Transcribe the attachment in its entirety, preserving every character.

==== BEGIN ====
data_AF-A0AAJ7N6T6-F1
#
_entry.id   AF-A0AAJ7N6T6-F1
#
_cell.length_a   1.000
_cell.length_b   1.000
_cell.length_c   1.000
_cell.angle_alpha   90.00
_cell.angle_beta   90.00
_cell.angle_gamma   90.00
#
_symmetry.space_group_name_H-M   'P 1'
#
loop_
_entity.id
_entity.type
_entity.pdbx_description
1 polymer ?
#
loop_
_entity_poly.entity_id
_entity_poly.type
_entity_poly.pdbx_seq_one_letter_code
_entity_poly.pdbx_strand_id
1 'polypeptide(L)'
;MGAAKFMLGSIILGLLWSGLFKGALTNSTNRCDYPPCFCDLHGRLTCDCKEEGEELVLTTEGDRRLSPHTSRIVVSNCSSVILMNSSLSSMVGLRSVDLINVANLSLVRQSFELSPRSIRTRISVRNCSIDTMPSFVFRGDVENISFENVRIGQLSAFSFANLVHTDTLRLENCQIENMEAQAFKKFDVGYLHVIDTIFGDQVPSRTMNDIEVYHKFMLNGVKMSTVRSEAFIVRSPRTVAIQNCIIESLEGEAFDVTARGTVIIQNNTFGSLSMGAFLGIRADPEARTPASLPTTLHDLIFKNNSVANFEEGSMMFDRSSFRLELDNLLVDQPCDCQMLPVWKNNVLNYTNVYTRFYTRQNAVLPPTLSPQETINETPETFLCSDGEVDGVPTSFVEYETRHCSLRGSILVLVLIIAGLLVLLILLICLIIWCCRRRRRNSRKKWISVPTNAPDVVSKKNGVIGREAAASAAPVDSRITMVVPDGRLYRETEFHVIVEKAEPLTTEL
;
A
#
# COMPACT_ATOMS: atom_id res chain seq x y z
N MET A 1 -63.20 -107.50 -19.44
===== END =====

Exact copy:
data_AF-A0AAJ7N6T6-F1
#
_entry.id   AF-A0AAJ7N6T6-F1
#
_cell.length_a   1.000
_cell.length_b   1.000
_cell.length_c   1.000
_cell.angle_alpha   90.00
_cell.angle_beta   90.00
_cell.angle_gamma   90.00
#
_symmetry.space_group_name_H-M   'P 1'
#
loop_
_entity.id
_entity.type
_entity.pdbx_description
1 polymer ?
#
loop_
_entity_poly.entity_id
_entity_poly.type
_entity_poly.pdbx_seq_one_letter_code
_entity_poly.pdbx_strand_id
1 'polypeptide(L)'
;MGAAKFMLGSIILGLLWSGLFKGALTNSTNRCDYPPCFCDLHGRLTCDCKEEGEELVLTTEGDRRLSPHTSRIVVSNCSSVILMNSSLSSMVGLRSVDLINVANLSLVRQSFELSPRSIRTRISVRNCSIDTMPSFVFRGDVENISFENVRIGQLSAFSFANLVHTDTLRLENCQIENMEAQAFKKFDVGYLHVIDTIFGDQVPSRTMNDIEVYHKFMLNGVKMSTVRSEAFIVRSPRTVAIQNCIIESLEGEAFDVTARGTVIIQNNTFGSLSMGAFLGIRADPEARTPASLPTTLHDLIFKNNSVANFEEGSMMFDRSSFRLELDNLLVDQPCDCQMLPVWKNNVLNYTNVYTRFYTRQNAVLPPTLSPQETINETPETFLCSDGEVDGVPTSFVEYETRHCSLRGSILVLVLIIAGLLVLLILLICLIIWCCRRRRRNSRKKWISVPTNAPDVVSKKNGVIGREAAASAAPVDSRITMVVPDGRLYRETEFHVIVEKAEPLTTEL
;
A
#
# COMPACT_ATOMS: atom_id res chain seq x y z
N MET A 1 -63.20 -107.50 -19.44